A Nation Remembers in Song During the Centennial

Bonus Material: Contrast this with Lyndon Johnson’s 1963 Memorial Day Address at Gettysburg. I have never heard of this before today. Check it out.

This is a fabulous film from 1963 of the U.S. Army Band and Chorus commemorating the Civil War Centennial.  The narrator makes it clear at the beginning that the “Union found itself split in two over the issue of states rights.”  There is not one mention of slavery or black Union soldiers exactly one hundred years later. Songs include “Down By The Riverside”, “When Johnny Comes Marching Home”, “We are Coming Father Abra’am”, “Lorena”, “Tenting On The Old Camp Ground”, “The Battle” (new music & spoken word piece), “In the Sweet By-and-By / The Army Bean”, “Yellow Rose of Texas”, “Bonnie Blue Flag”,”Home! Sweet Home!”, “Dixie” & “The Battle Hymn of the Republic”.

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Earl Hess Reviews My Crater Book

crater lovellThe academic journal reviews of Remembering the Battle of the Crater are just beginning to appear. Overall the reviews have been very positive.  It’s encouraging to know that historians, who you respect, believe that the time it took to research and write was time well spent and that it constitutes a worthy addition to the broader historiography.  I was surprised that the book review editor of The Journal of the Civil War Era asked Earl Hess to review my book given that he contributed a blurb for the back cover.  Either way, it doesn’t get any better than receiving Hess’s stamp of approval in this particular journal.  I am thrilled with his review. 

There are definitely some things I would do different if I had it to do over again.  For one thing I would have done a better job of emphasizing the extent to which the 1903 and 1937 reenactments reflected the limits of sectional reconciliation. This would have situated the book more comfortably within a growing body of scholarship on Civil War memory.

The Journal of the Civil War Era (June 2013): 290-92

The Battle of the Crater, fought on July 30, 1864, as part of the third Union offensive during the Petersburg campaign, has drawn a good deal of attention in the past few years. Several books have been published dealing with the military history of the event, which now seems well covered in the secondary literature. Kevin M. Levin, however, has written a study not of the battle itself but of how it has been remembered over the past 150 years, with a special emphasis on the controversial fact that a division of black troops participated in the attack that followed detonation of the mine that created the famous crater. Many of those troops were slaughtered in the counterattack that restored Robert E. Lee’s line outside the city, shot down in cold blood by enraged Confederate soldiers. [click to continue…]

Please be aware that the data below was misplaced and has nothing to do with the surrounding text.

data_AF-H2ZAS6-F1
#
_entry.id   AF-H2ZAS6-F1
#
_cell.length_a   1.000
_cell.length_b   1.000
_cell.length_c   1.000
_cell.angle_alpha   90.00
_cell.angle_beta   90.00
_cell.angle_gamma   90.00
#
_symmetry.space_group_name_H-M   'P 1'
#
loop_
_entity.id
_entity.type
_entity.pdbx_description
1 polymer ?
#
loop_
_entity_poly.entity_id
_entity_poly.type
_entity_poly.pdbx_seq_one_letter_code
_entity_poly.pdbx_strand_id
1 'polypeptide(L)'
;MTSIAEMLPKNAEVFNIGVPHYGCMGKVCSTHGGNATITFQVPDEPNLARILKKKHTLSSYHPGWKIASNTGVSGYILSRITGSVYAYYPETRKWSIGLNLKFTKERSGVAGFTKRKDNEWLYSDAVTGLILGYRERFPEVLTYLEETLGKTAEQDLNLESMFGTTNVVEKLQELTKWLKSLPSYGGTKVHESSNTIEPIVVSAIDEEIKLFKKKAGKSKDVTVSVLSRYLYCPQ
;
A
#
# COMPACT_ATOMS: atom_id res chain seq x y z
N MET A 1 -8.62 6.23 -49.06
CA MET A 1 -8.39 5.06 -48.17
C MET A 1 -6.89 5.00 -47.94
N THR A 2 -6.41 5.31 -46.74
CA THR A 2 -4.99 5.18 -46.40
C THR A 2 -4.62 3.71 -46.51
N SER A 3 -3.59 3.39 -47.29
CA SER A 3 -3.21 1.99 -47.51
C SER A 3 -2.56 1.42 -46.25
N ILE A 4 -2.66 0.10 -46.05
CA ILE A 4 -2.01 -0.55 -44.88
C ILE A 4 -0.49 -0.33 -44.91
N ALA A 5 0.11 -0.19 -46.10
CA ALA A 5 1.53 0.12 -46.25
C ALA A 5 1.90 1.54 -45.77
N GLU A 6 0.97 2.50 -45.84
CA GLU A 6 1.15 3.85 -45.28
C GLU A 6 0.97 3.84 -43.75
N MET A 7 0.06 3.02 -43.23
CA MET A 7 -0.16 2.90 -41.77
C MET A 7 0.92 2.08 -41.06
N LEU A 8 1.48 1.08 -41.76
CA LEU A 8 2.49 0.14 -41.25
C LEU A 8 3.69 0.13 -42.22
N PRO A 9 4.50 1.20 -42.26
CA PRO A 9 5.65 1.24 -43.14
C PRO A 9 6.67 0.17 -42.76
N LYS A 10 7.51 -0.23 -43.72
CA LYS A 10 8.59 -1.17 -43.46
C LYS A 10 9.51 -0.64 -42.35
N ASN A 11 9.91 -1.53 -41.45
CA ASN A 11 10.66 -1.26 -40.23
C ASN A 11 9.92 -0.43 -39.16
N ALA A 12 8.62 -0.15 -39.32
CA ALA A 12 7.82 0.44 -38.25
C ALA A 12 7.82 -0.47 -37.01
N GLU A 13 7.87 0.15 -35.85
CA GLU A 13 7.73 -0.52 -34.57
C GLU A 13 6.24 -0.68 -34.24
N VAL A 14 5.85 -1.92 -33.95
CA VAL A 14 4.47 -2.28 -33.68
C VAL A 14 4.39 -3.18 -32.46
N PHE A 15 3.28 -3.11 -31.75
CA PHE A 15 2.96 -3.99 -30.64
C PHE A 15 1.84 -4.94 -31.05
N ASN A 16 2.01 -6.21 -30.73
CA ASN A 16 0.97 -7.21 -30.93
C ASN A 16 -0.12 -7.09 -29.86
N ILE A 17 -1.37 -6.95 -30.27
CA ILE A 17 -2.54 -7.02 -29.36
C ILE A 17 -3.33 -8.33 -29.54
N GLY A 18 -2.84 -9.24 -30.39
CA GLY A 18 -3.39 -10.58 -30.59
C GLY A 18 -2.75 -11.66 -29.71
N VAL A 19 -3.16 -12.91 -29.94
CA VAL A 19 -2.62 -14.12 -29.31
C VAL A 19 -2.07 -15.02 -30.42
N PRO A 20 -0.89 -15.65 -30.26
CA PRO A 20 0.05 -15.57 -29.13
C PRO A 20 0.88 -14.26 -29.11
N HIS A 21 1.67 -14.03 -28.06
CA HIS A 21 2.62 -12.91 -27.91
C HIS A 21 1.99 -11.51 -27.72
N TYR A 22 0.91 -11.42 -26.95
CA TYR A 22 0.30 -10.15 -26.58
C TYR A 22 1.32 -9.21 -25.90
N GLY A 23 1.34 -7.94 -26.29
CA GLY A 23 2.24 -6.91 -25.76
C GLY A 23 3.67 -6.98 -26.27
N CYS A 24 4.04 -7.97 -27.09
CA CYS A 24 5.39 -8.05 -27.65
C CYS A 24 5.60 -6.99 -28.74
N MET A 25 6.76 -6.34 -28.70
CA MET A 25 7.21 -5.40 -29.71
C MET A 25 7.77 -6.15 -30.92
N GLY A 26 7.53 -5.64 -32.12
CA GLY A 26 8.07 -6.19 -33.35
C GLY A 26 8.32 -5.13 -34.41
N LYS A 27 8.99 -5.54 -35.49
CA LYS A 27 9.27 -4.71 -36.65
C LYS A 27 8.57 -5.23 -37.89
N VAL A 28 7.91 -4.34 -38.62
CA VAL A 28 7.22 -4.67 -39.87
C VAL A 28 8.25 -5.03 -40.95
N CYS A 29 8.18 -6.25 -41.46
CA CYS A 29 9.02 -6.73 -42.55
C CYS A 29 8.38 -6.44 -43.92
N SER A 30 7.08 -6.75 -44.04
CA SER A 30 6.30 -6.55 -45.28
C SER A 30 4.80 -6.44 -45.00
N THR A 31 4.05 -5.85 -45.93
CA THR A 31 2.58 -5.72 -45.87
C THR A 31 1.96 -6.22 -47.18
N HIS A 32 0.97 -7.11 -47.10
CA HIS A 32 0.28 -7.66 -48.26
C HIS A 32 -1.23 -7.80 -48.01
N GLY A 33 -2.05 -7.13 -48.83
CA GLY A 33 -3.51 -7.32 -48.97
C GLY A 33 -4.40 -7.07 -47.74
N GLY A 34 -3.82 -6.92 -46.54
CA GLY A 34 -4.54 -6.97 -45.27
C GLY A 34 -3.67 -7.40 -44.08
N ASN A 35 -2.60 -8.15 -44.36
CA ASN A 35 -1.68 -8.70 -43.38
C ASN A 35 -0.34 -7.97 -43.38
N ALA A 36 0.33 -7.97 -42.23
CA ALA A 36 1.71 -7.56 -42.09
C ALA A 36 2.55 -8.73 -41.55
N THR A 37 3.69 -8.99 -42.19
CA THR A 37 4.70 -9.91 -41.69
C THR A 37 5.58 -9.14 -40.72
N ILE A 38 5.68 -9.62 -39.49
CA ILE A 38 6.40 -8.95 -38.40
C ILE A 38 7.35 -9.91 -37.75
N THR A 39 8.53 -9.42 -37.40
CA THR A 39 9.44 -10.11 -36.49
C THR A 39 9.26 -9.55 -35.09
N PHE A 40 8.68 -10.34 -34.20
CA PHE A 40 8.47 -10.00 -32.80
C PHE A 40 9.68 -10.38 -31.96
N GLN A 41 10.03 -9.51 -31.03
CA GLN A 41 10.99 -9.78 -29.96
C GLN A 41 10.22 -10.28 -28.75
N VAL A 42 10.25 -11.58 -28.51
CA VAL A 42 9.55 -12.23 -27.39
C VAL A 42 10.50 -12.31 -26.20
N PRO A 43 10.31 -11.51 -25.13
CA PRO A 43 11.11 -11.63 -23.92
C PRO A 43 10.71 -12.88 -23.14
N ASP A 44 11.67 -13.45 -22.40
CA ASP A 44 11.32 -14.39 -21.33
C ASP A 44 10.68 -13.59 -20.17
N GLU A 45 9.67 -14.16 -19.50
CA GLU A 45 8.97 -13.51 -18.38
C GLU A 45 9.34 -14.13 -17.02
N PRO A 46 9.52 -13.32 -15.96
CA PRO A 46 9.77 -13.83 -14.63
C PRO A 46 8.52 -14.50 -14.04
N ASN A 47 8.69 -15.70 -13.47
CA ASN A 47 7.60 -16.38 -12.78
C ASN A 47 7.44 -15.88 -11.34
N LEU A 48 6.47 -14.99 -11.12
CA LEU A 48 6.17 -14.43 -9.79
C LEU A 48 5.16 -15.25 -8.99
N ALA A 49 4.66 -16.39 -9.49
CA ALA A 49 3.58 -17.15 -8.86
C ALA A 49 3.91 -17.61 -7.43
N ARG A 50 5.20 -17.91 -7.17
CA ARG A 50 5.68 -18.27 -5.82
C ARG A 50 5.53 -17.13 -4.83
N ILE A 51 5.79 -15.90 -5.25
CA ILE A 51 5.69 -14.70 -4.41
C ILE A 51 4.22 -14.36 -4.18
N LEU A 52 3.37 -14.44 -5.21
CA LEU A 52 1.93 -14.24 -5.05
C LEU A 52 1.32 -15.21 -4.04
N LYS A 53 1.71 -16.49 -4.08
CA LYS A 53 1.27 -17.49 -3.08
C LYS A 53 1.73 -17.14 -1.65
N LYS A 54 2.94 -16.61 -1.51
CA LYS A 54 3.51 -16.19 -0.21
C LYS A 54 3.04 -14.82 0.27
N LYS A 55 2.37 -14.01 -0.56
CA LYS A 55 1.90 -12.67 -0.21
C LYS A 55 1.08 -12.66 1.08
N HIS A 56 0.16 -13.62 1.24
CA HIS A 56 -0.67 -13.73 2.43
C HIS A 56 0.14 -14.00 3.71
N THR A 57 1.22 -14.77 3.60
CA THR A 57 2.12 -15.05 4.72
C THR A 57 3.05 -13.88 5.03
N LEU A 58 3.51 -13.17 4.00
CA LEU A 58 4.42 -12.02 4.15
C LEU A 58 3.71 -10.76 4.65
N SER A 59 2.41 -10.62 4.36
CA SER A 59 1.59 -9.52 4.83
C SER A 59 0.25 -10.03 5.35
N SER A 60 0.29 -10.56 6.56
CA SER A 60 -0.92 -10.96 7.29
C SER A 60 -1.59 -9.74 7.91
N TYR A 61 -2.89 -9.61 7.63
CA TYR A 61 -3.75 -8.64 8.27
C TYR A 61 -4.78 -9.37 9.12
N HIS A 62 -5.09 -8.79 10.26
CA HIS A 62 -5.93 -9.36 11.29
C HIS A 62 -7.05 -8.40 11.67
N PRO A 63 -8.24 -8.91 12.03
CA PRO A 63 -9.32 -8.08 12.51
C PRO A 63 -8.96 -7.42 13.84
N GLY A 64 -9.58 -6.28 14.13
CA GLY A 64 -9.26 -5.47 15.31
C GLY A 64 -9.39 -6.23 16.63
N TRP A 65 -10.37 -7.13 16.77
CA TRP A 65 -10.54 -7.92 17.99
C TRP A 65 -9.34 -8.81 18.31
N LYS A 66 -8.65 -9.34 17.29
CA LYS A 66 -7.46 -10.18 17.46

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Is The History of Gettysburg More Than a Collection of Facts?

9780448465753_p0_v1_s260x420It’s been interesting following some of the early reactions to Allen Guelzo’s new book from within that small, but devoted community of Gettysburg buffs on various social media channels.  I am not an expert on the battle. I’ve read a bit and only in the last year or so have I been able to find my way around on the field with little difficulty.  If I am lucky enough to be on the field with an expert I give them my full attention and trust

I am about half way through and I am thoroughly enjoying the book.  That said, for a book this size I have no doubt that there are factual mistakes.  How can there not be.  The battle is a major event that has been poured over by historians. There are people who have devoted years of study to the battle as a whole and/or to various moments during the battle.

As a result it should come as no surprise that this book will be picked apart tooth and nail, by folks whose understanding of specific aspects of the battle outstrip Guelzo’s. I am not suggesting that it should not be.  Who is going to deny that getting the facts right is important? The author may, indeed, have mistakenly placed Two Taverns on the Taneytown Road or referenced Jubal Early as commanding three brigades instead of four.  Like I said, there are factual mistakes in just about every history book.

What I am wondering about, however, is whether the release of a new book on the battle of Gettysburg is simply another opportunity to run through a checklist of facts and accepted profiles of the standard list of characters.  Is there room for interpretation in a battle where there is so much emphasis placed on such excruciating factual minutiae?  Is the history of Gettysburg more than a collection of facts?

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The Civil War’s Untold Story